The Telegram on the Table

Parashu Pradhan

Once more he read the telegram that lay on the table. Or rather his eyes went along its lines once again. He suddenly felt happy, although he knew that he was very tired. All day he had been out relating the entire history of the country to tourists and answering their multifarious questions. Now it seemed that some life had returned to his flagging ambitions. He smiled. A tragedy like this should have made him weep. But none of it touched him at all. It felt as ordinary as his everyday life: getting up at dawn, hurriedly rinsing out his mouth, pulling on jacket and trousers, tying a knot in his tie, then smiling at strange faces as if he knew them well.

A few days before he had met a friend; one of his best friends from his village, who had also come to the city and become trapped in some menial job. This friend knew about the tragic event and had uttered words of sympathy: "I am very sorry, Krishna. You have my heartfelt sympathy."

But this sympathy had not touched him at all. It had seemed meant for someone else. To observe convention, he had smiled nonetheless and simply said, "Thank you."

That telegram had been lying there for weeks. He always came home from the hotel in the middle of the night, and he was always tired like this. He had been caught by a pair of blue eyes or immersed in Western music. His eyes always shone when he looked at the telegram. Perhaps he had needed to receive it before he could really achieve what he aimed for. Now that he had received it, perhaps he was happy. Very, very happy indeed.

He had always tried to speak English since he was a child. He had dreamed in English and considered English his all. It had brought him a new wave of happiness. Now he explained the culture and customs in his own way: how the kumari was chosen, how the kumari was worshipped, what the horse festival

was like. He thought of the foreigners staring straight at him and of Judiths and Jennies amazed by his words. His life was most enjoyable. Often he dreamed of New York skyscrapers and awoke from his dreams amazed by the Goddess of Liberty there. Or else he would imagine lying beside the ocean, playing a tape of Nepali folk songs. Sometimes he dreamed sentimentally; then he became practical again. For it was quite certain that one day Krishna would follow a tourist girl far across the skies. Unfamiliar voices were calling him from distant lands. "Come to us just once," they seemed to be saying. "We will be your guides. We will welcome you. We love you."

But then there was that telegram, which he would rather not have received. It took him back to earlier times and forced him to think about things he would prefer not to consider. The person it concerned had never meant much to him. He had never felt the need to pay much attention to her. He still lived in the city, just as he had ten years before, trying to make his seedling dreams grow. The telegram should have made him weep, but it didn't. He should have felt regret, but he didn't. He should have fasted for a while, but he didn't. That telegram should have affected him; it should have elicited some response. But the wires inside Krishna were strange. No current ran along them. Nothing ever touched him. No grief could shake his heart.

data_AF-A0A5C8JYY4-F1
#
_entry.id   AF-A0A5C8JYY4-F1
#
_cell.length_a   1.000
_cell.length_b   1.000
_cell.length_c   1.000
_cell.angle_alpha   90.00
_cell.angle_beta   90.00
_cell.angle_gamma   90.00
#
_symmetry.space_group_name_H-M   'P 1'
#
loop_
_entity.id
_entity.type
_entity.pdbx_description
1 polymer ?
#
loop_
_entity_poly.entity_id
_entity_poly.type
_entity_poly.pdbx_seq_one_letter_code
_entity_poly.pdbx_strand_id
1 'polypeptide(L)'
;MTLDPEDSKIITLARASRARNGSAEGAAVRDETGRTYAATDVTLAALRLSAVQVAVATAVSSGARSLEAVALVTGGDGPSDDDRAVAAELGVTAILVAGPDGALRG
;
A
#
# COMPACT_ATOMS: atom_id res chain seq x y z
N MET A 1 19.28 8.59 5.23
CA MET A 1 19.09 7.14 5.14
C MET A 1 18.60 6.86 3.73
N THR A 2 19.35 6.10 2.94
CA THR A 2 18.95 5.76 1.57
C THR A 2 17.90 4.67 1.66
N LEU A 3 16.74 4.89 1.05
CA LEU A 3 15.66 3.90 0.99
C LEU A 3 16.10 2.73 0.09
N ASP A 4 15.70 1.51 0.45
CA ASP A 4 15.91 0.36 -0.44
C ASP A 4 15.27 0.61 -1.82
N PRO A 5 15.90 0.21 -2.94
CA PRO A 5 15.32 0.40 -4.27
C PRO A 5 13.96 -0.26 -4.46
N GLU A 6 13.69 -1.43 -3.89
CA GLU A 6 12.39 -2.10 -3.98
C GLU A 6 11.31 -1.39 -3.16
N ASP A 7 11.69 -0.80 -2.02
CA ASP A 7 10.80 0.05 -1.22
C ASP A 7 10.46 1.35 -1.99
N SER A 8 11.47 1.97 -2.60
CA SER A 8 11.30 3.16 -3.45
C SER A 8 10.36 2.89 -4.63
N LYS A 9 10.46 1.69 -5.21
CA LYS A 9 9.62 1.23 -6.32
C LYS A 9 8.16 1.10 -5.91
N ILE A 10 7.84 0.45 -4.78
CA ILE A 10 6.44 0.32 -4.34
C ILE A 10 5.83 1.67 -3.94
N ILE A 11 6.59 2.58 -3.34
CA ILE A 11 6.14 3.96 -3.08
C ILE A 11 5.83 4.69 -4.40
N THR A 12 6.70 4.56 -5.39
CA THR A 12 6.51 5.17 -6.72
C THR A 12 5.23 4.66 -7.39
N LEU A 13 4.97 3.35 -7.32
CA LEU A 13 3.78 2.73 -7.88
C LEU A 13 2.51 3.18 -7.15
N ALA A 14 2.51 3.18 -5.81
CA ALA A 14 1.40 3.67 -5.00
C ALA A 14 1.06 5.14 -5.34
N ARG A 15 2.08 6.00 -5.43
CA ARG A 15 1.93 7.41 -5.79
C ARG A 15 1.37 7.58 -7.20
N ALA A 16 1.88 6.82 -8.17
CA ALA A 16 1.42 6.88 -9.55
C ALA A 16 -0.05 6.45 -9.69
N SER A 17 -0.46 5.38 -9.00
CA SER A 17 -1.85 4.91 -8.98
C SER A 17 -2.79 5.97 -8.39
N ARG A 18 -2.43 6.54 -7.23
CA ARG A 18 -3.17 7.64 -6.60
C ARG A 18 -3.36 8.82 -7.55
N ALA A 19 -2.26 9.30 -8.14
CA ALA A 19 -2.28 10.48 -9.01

He put it out of his mind and tried to sleep. He turned the radio on low and switched off the light, but sleep would not come. All that afternoon's tourists came before him, asking, "How old is this piece of art?" "What's the importance of this?" "Is woodcarving a new tradition?" And so on and so on. He forgot them and thought about his lodgings. He paid a high rent, but there were few amenities. If he got up too late, there was no water. If he kept his light on for too long, everyone complained. All sorts of houses had been built on the empty fields in front. The open sky was a long way off. He thought he would like to move somewhere else. Then he could invite that Miss Pande from the travel service home for dinner. But the room he rented was bad, and soon even that mundane wish dwindled away.

Then he thought of the distant hills of his home. He had not visited for many years. It would be good to go home every Dasain, he thought, to join in the dancing and dispel the emptiness of the city. He would gladly swap places with someone there, even if it were only for a few days. Or he could brag to the idle young folk. "If you've no work, come with me," he could say. "I'll fix you up with a job." But as he thought of the hill country, that woman came into his mind again_the woman he did not want to define. He did not want to accept her or identify her. But a telegram had come, and there it was written, "Your wife died yesterday." There could be no doubt about what it told him. Your wife died yesterday, it said; your wife died yesterday.

It would not allow him to sleep. He pressed a switch, and the room lit up. He went to the table and read it again, forcing himself to concentrate. Your wife died yesterday, it said. Your wife died; your wife died. . . . For weeks he had slept there within sight of that message, but tonight for some reason his mind was filled with desired and unwanted connections, thoughts of the present and the past, all of them in discord. Why couldn't he sleep tonight? Why couldn't he make sense of it and weep? Having lived alone for so long in the city, had he become like a stone? Was he incapable of thought? Suddenly angry with himself, he tore it to shreds and burst into tears. He cried and cried, he knew not how long.

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